Etsy macrame cord pack

Etsy, £40.51

This macrame cord pack is a great starter kit for those who aren’t sure what kind of project they want to make. There’s three different cotton cords included in a range of thicknesses. The small grey macrame cord is 2.5 mm making it ideal for small delicate projects like earrings, keychains etc. Then there’s the 3 mm blush/beige which is great for macrame plant hangers and finally there’s the 4 mm olive green which is for bigger home projects like mirrors or coasters.


Hobbycraft macrame cord

Hobbycraft, £10

Hobbycraft sells a range of macrame cord, patterns, books, and kits. They also stock the brand ReTwisst which sells great chunky macrame yarn. This 5mm macrame cord is ideal if you’re wanting to make more sturdy projects (for example a plant hanger for a heavy plant/pot) and 90 meters is more than enough to play with.

Is it easy to learn macrame?

Yes! With a little bit of practice, macrame is easy to master. Macrame is also a great craft because at its core you only need your hands and some rope as opposed to other crafts which use lots of different tools and materials. You can start by learning macrame with our photo guide below but there’s also some wonderful Youtube videos out there for you to craft along to. Robyn, who helped us to create our basic macrame knot tutorial, has loads of useful Youtube videos about macrame.

Watch Robyn’s beginner macrame tutorial below…

10 basic macrame knots

This tutorial was created using United Knots 3.5mm single ply macramé cord in Stop It I’m Blushing. You can buy yours here.

Lark’s head macrame knot

Lark’s head knots are the best way to start any macramé project. They can be front facing or reverse – here’s how to do both.

Front facing lark’s head knots leave a line of cord resting against your dowel once tied.

  1. Measure and cut a length of cord for your project.
  2. Join both ends together, folding the cord in half.
  3. Working from the front, take the folded loop over the top of the dowel, then down behind it, leaving the loop facing downwards.

4. Pull the two cut ends of the cord up and through the loop, then tighten to secure the knot.

Reverse lark’s head macrame knot

A reverse lark’s head knot is created using the same technique as a lark’s head knot, only working towards you instead of away. It leaves no visible “line” against your dowel.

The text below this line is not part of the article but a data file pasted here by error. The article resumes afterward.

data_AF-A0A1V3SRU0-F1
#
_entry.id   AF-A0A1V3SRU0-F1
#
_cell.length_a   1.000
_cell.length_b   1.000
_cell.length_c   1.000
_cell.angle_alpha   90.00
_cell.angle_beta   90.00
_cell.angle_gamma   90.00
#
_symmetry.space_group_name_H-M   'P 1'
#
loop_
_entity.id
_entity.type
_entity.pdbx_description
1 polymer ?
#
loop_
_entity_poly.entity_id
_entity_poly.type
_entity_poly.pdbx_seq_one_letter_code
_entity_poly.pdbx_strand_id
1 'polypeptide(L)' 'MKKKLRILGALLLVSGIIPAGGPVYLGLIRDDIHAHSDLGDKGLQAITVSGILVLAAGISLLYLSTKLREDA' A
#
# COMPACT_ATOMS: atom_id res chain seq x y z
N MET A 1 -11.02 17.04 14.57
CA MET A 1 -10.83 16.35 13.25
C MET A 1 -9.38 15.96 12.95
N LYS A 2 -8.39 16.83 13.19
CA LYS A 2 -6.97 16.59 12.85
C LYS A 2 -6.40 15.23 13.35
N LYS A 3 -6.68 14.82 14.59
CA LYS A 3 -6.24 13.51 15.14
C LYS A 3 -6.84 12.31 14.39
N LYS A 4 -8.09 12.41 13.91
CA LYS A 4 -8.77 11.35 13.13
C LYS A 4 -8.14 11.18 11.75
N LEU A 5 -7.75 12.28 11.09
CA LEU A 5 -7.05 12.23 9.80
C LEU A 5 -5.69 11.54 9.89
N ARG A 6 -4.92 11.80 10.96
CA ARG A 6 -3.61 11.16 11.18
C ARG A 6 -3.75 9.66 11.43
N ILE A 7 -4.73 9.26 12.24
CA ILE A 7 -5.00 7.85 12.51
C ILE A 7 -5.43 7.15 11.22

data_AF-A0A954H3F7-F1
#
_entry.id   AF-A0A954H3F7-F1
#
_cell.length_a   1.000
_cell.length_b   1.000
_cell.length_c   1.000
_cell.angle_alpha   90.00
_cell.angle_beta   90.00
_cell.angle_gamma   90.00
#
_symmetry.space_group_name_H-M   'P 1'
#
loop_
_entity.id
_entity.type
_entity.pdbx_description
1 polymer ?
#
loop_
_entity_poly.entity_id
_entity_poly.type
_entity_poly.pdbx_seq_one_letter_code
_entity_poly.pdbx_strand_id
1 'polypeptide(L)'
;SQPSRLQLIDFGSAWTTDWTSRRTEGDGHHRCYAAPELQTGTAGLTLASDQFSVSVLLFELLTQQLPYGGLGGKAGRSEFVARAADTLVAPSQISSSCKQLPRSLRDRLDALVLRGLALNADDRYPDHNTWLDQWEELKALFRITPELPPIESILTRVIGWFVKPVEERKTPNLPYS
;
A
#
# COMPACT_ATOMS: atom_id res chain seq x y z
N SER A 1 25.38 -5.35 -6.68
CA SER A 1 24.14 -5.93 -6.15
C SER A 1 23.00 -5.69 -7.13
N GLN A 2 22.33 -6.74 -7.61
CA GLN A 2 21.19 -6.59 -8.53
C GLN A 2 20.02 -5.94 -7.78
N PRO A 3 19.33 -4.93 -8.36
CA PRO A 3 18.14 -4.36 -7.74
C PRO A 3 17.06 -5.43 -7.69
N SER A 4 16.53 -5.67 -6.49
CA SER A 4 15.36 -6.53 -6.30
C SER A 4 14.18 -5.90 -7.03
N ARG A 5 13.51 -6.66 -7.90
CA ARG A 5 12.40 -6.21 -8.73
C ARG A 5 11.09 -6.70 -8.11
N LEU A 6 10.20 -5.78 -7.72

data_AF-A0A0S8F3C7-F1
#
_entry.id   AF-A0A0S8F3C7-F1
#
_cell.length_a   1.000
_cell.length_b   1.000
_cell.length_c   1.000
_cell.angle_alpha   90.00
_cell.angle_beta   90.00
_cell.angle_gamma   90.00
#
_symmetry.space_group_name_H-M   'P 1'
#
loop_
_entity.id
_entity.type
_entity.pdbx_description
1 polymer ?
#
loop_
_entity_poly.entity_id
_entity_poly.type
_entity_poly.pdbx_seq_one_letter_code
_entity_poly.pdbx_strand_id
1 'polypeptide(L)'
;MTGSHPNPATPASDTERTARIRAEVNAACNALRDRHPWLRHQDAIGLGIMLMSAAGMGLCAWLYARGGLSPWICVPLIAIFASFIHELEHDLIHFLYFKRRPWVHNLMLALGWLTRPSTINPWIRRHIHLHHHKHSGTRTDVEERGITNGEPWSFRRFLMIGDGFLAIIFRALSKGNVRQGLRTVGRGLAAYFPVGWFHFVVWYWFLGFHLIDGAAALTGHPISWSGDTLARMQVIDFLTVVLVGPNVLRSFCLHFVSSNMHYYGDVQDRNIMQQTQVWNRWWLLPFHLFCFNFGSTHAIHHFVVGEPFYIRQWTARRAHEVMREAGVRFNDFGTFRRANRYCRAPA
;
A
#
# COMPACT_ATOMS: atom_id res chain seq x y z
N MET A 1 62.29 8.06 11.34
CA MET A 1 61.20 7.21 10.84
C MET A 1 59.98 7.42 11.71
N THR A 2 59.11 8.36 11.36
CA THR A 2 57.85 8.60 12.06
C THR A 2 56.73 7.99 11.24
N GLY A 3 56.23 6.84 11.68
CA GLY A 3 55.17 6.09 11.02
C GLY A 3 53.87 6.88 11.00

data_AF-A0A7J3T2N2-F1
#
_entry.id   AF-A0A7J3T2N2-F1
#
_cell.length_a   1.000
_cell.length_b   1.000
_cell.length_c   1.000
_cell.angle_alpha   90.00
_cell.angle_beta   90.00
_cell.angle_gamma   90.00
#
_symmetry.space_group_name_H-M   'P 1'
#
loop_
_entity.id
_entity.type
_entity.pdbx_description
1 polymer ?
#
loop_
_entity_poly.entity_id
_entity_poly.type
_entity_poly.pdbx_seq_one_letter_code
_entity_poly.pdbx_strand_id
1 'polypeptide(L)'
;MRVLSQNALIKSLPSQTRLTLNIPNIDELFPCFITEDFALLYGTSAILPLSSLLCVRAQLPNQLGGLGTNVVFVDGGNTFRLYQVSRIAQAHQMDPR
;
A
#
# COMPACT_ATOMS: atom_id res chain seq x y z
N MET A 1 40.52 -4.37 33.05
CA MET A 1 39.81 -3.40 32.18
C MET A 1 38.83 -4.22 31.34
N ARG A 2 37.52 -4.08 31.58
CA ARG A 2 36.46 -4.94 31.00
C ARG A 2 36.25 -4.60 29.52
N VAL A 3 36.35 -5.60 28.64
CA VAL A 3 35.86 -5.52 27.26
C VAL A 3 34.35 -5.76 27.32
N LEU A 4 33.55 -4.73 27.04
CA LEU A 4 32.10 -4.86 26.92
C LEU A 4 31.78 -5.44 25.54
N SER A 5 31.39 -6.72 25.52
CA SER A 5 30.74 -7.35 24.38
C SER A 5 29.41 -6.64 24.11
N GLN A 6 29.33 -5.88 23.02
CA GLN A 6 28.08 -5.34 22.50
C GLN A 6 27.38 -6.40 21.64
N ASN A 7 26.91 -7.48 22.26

1. Measure and cut a length of cord for your project.
  2. Join both ends together, folding the cord in half.
  3. Working from the back, take the folded loop over the top of the dowel, then down in front of it, leaving the loop facing downwards.
  4. Pull the two cut ends of the cord up and through the loop, then tighten to secure the macramé knot.

Wrap macrame knot

A wrap knot is used for securing groups of cords at the beginning or end of a macramé piece.

  1. Measure and cut a long length of cord.
  2. Gather the cords you wish to fasten in a group in your left hand. Using the length of cord, create a downward-facing loop, leaving a short tail and the remaining length of the cord at the top right.
  3. Pinch the top of the loop and the tail with your left thumb and index finger. Take the length of cord behind the group and to the left, bring it back around the front to create one wrap, then continue wrapping it around.

4. When wrapping, ensure the loop is left visible at the bottom. Once you’ve wrapped the group securely, thread the remaining length of cord through the bottom of the loop.
5. To secure the wrap knot, carefully pull the short tail end at the top of the wraps. This will shorten the loop and catch the length, pulling it upwards and into the wrapped cords.

6. Cut the remaining tail and length at the top and bottom of the wrap to neaten. Wrap macrame knot complete.

Half hitch macrame knot

Half hitch knots are used to add decoration to a macramé piece.

  1. Choose the pair of cords you wish to tie a half hitch macramé knot to.
  2. Take the ends of the cord pair to the right of your static cords and pull them under and to the left, creating a loop or D shape.

3. Take the ends of the D cords, cross them over at the resting point where the cords meet, then thread them under the loop of the D.
4. Pull gently to secure in the desired position.

Practice this knot on our beginner macrame wall hanging project and display your work on your walls!

Double half hitch macrame knot

Also known as a hitch knot, this is a variation of the half hitch where the process is repeated twice. This is often used to create diagonal and horizontal lines in macramé pieces or to add new colours.

  1. Choose a static cord to tie the double half hitch around. Hold the static cord at the desired angle of the line you wish the knots to form when finished.
  2. Use the cord on the right to tie a half hitch knot around the static cord twice.

3. Pull the wrapped cord to tighten the knots, then move them to the desired position while holding the static cord at the desired angle.

4. Repeat Steps 1-3 using the next static cord.

5. To complete a diagonal line of double half hitches, repeat Steps 1-4.

Horizontal double half hitch macrame knots